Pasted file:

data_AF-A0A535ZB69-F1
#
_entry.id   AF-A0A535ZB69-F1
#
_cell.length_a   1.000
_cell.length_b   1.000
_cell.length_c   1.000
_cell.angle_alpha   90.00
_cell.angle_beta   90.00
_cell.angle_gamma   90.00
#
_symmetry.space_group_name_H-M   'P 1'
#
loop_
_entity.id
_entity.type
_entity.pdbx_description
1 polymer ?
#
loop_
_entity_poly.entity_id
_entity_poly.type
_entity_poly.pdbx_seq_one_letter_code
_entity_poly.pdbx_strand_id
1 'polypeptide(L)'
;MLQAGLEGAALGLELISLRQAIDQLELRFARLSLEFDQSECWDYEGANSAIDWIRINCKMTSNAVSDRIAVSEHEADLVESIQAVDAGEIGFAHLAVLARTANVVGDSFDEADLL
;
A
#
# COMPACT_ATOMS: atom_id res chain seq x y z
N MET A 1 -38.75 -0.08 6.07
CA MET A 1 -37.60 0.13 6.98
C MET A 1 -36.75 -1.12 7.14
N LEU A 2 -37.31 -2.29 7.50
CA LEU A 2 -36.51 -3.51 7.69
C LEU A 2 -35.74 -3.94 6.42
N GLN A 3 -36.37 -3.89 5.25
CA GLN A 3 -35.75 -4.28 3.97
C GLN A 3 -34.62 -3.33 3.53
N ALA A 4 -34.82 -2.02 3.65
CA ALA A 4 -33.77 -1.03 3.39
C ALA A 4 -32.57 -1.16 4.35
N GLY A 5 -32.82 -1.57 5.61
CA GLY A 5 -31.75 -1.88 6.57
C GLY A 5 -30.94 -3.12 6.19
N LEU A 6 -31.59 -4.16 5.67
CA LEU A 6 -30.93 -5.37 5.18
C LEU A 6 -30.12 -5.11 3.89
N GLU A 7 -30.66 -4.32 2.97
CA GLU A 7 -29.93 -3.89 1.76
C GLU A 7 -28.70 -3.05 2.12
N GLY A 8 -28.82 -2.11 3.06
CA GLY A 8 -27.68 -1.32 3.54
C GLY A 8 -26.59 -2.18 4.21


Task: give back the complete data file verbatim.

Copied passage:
data_AF-A0A535ZB69-F1
#
_entry.id   AF-A0A535ZB69-F1
#
_cell.length_a   1.000
_cell.length_b   1.000
_cell.length_c   1.000
_cell.angle_alpha   90.00
_cell.angle_beta   90.00
_cell.angle_gamma   90.00
#
_symmetry.space_group_name_H-M   'P 1'
#
loop_
_entity.id
_entity.type
_entity.pdbx_description
1 polymer ?
#
loop_
_entity_poly.entity_id
_entity_poly.type
_entity_poly.pdbx_seq_one_letter_code
_entity_poly.pdbx_strand_id
1 'polypeptide(L)'
;MLQAGLEGAALGLELISLRQAIDQLELRFARLSLEFDQSECWDYEGANSAIDWIRINCKMTSNAVSDRIAVSEHEADLVESIQAVDAGEIGFAHLAVLARTANVVGDSFDEADLL
;
A
#
# COMPACT_ATOMS: atom_id res chain seq x y z
N MET A 1 -38.75 -0.08 6.07
CA MET A 1 -37.60 0.13 6.98
C MET A 1 -36.75 -1.12 7.14
N LEU A 2 -37.31 -2.29 7.50
CA LEU A 2 -36.51 -3.51 7.69
C LEU A 2 -35.74 -3.94 6.42
N GLN A 3 -36.37 -3.89 5.25
CA GLN A 3 -35.75 -4.28 3.97
C GLN A 3 -34.62 -3.33 3.53
N ALA A 4 -34.82 -2.02 3.65
CA ALA A 4 -33.77 -1.03 3.39
C ALA A 4 -32.57 -1.16 4.35
N GLY A 5 -32.82 -1.57 5.61
CA GLY A 5 -31.75 -1.88 6.57
C GLY A 5 -30.94 -3.12 6.19
N LEU A 6 -31.59 -4.16 5.67
CA LEU A 6 -30.93 -5.37 5.18
C LEU A 6 -30.12 -5.11 3.89
N GLU A 7 -30.66 -4.32 2.97
CA GLU A 7 -29.93 -3.89 1.76
C GLU A 7 -28.70 -3.05 2.12
N GLY A 8 -28.82 -2.11 3.06
CA GLY A 8 -27.68 -1.32 3.54
C GLY A 8 -26.59 -2.18 4.21